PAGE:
A Mayo construction company has been fined a total of €6,000 for breaches of health, safety and welfare at work legislation. The prosecution brought by the Health and Safety Authority (HSA) against Charlestown-based Seamus Brett and Sons Ltd. arose after the death of an employee who was delivering shuttering panels on the site of an under-constructed slatted shed in Meelick, Swinford, on July 25, 2008. Initially it was believed the late Mr. Padraig Gavigan from Killasser, Swinford, had died from electrocution. However, it was later established his death was as a result of a heart attack.
HSA inspector Mr. Vincent Darcy told Castlebar Circuit Criminal Court he found a Scania truck under overhead lines, with the jib extended and touching the lines.
There was no protection mechanism or bunting to prevent people coming directly under the lines, which were 2.6 metres from one corner of the shed.
The defendant company, which has no previous convictions and cooperated fully with the authority, is mainly involved in the construction of agricultural sheds.
Under cross-examination it was put to Mr. Darcy that Seamus Brett and Sons Ltd. were engaged initially to construct an underground tank, when the lines were at such a height as to not cause any concern.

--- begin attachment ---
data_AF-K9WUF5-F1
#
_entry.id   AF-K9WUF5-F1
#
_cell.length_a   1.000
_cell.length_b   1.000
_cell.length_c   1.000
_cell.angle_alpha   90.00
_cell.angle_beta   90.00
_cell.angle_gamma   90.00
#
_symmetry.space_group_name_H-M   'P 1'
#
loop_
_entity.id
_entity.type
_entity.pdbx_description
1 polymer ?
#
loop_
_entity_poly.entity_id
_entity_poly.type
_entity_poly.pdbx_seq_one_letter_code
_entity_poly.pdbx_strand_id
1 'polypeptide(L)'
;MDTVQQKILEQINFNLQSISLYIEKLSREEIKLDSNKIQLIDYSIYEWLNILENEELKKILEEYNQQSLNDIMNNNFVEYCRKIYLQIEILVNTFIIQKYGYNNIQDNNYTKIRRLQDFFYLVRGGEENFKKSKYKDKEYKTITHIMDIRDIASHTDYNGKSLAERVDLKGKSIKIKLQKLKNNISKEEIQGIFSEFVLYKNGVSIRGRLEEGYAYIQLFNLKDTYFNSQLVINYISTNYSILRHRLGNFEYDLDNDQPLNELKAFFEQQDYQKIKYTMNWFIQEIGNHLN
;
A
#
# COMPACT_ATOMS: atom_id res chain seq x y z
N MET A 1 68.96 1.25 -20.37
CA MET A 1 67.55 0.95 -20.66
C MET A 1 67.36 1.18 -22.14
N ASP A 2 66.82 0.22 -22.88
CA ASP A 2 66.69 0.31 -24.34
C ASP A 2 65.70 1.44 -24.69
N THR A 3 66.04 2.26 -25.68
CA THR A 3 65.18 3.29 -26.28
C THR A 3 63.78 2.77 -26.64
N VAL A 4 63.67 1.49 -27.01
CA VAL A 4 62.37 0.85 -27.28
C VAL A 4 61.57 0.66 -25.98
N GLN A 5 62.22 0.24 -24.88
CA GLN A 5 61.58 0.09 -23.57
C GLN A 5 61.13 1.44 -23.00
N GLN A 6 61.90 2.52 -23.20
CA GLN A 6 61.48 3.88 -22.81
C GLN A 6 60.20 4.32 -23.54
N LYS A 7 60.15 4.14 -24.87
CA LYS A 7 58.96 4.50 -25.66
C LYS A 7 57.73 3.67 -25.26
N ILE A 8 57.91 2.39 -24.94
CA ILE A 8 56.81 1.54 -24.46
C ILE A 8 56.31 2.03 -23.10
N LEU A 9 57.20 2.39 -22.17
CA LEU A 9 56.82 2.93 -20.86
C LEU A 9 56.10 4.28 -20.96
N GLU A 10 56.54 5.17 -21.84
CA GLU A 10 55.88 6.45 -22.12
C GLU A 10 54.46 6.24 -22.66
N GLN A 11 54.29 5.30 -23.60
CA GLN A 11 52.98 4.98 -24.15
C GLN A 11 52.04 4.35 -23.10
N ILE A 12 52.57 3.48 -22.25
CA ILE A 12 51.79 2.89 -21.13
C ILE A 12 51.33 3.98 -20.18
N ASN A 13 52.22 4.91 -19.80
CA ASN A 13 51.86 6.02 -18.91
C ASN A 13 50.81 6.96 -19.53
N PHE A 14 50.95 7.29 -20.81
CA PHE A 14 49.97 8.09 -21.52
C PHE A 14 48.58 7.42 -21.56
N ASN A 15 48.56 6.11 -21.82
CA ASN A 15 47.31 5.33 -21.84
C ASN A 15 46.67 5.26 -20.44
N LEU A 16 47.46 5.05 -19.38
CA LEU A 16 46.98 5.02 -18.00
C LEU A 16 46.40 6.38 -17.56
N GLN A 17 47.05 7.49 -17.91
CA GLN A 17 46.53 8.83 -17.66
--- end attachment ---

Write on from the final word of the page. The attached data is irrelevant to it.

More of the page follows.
However, they were later approached by the farmer, John McHugh, as he was let down by a block layer and so asked them to do the shed walls. The company agreed to do the gables in mass concrete using shutters, while McHugh was to retain someone to block the other walls.
Since putting in the tank, the infrastructure had been built up on site and Seamus Brett assumed all safety aspects were taken care of.
Another factor was that since he was there first the ground level at the back of the shed had been raised significantly, putting the ground in closer proximity to the wires.
While doing the tank he had discussed the wires with McHugh and understood he would do what was necessary with the ESB and it was reasonable for him to assume that work was done.
Mr. Darcy, asked if he would have prosecuted if he had randomly called to the site and saw the works and wires, said prosecution would be a last resort. A prohibition notice would have issued and works stopped.
In his direct evidence, Seamus Brett described the late Mr. Gavigan, a family friend, as 'one of the best'. Brett has been in the building business for 42 years.
Judge Anthony Hunt said the tragic aspect was the death of Mr. Gavigan, and he extended sympathy to his family and friends.
It was now accepted his death arose through a heart attack in the course of his work. It seemed reasonable that the attack caused him to inadvertently operate the controls of the hi-ab crane, giving at first the understandable impression this was a case of death by electrocution.
The judge imposed fines of €3,000 on the company on each of two counts: that it failed to ensure the safety, health and welfare at work of its employees and, secondly, did fail to take steps to prevent an electrocution in that it failed to ensure overhead power lines were redirected, or that the current was cut off, or to put up signs.